But when Kim’s younger brother passed away, Kim’s mother asked him to help her run the family farm where they grew rice, wheat and barley. Kim tried to balance work in Seoul with helping his mother. “But I knew I was going to have to go back to farming,’’ he says.

When he did, he discovered many problems in his community. At the time, agricultural policy was geared to supporting individual farmers. And so the farmers had to compete. Some did well, but others struggled, especially poor farmers and older farmers.

From his work in Seoul, Kim had developed skills as an entrepreneur and a team builder. If farmers could work together, he believed, they would all do better. But he found that the farmers of Iksan didn’t trust city people.

Kim would not give up. From a reluctant returnee, he became a dedicated farmer and slowly built bonds with his neighbors. Finally, he convinced several to try shipping their produce as a group. When they saw how much they could save on shipping costs by working communally, their attitude changed.

Kim and 31 farmers formed a type of cooperative called a Deulnyeok Gyeongyeongche. There were only eight such cooperatives in the country.

Together, they saved money on equipment and raw materials, and marketed their crops more effectively. They helped older and poorer farmers by sharing equipment and labour. Most importantly, Kim says, they shared knowledge. They produced a manual on best practices, and the quality of their crops improved.

Witnessing the success of the Iksan cooperative, the government now encourages their formation. Today, there are 240 cooperatives with plans for 700 by 2020.

“Farming is a challenge in today’s society,” Kim says. “But it’s our heritage and it should be passed on to future generations.”

By fostering trust and cooperation, Kim and his fellow farmers have become wealthier. More importantly, they care for the more vulnerable members of their community. Whether they become farmers or not, those are valuable lessons for future generations.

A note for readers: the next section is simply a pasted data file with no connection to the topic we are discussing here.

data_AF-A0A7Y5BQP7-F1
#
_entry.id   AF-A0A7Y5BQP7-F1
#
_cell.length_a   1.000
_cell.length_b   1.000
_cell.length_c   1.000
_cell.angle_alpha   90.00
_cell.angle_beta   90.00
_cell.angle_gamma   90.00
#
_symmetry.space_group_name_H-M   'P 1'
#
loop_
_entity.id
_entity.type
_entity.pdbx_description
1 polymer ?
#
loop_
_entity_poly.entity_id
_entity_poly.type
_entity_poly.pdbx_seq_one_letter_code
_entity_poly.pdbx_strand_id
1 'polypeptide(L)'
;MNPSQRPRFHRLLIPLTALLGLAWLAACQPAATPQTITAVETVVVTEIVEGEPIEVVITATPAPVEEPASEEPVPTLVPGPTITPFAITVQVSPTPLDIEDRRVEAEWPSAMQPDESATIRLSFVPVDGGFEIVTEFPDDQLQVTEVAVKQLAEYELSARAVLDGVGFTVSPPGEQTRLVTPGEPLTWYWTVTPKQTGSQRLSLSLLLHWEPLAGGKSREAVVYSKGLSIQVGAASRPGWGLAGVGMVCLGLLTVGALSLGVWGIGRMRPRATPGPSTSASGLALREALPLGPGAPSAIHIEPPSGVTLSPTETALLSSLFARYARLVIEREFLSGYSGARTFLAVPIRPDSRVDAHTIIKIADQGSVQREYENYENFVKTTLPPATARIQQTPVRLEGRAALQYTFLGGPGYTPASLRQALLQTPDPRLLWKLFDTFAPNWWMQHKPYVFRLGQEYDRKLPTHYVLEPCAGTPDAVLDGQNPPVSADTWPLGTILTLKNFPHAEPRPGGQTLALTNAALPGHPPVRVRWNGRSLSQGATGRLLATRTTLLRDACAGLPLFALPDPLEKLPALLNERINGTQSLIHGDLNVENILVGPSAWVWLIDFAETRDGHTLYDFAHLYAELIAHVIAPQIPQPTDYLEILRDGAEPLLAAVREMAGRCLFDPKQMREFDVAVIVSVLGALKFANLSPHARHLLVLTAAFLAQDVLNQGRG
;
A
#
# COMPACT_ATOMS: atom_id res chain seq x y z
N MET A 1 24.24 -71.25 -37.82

Ms Pratin Nakmit, Kingdom of Thailand

Citation for a model farmer for success in expanding opportunities for women in farming


Pratin Nakmit, the chairperson of the Lam Sing Farm Women’s Group has never been a farmer or a farmer’s wife. Pratin, however, is a leader. And few have done more for farmers or women in Thailand’s southern Phattalung province than Pratin.

Pratin’s parents were farmers. They grew rubber and bananas in her village of South Lam Sing. Her grandfather, however, was a village headman, and he instilled in Pratin an ethos of working and sacrificing for the community, and especially the poor, the old and the vulnerable.

As a young girl, Pratin dreamed of attending university and becoming a nurse, but had no opportunity. Instead, her parents sent her to Bangkok where she worked as a dressmaker before returning home, marrying a policeman and raising three children while running a dressmaking business.

In 1997, the government began setting up women’s groups in farming communities to improve livelihoods. To Pratin’s surprise, the women in the Lam Sing group selected her as their chairperson because of her entrepreneurial skills and concern for others in the community.

Also in 1997, Thailand’s King Bhumibol Adulyadej unveiled his Sufficiency Theory, which seeks to make farmers more resilient through diversifying crops and livelihoods. Pratin paid close attention and believed its lessons could be applied in her group.

She convinced her group to process their raw bananas and tamarinds into chips, dried versions, oils and other value-added products. Then she branded and marketed them to chain stores as far away as Bangkok. She set up a Community Market Center where farmers sell directly to customers and keep more of their profits.

With more government trainings Pratin learned new ways to help her group. She started a savings program and revolving fund, which assists those in need and funds new businesses. Starting with just 15 members, the group now has 26 employed in its businesses and over 200 participating in its savings programme.

“I feel joy and happiness when I see my neighbors work together,’’ Pratin says. “To create jobs and help raise their standard of living makes me so proud.”

And Pratin has one more reason to be proud: she recently obtained her Bachelor’s Degree from a programme run jointly by Thai and American universities. Pratin Nakmit is living proof of what people can achieve for themselves and their community when they don’t give up on their dreams.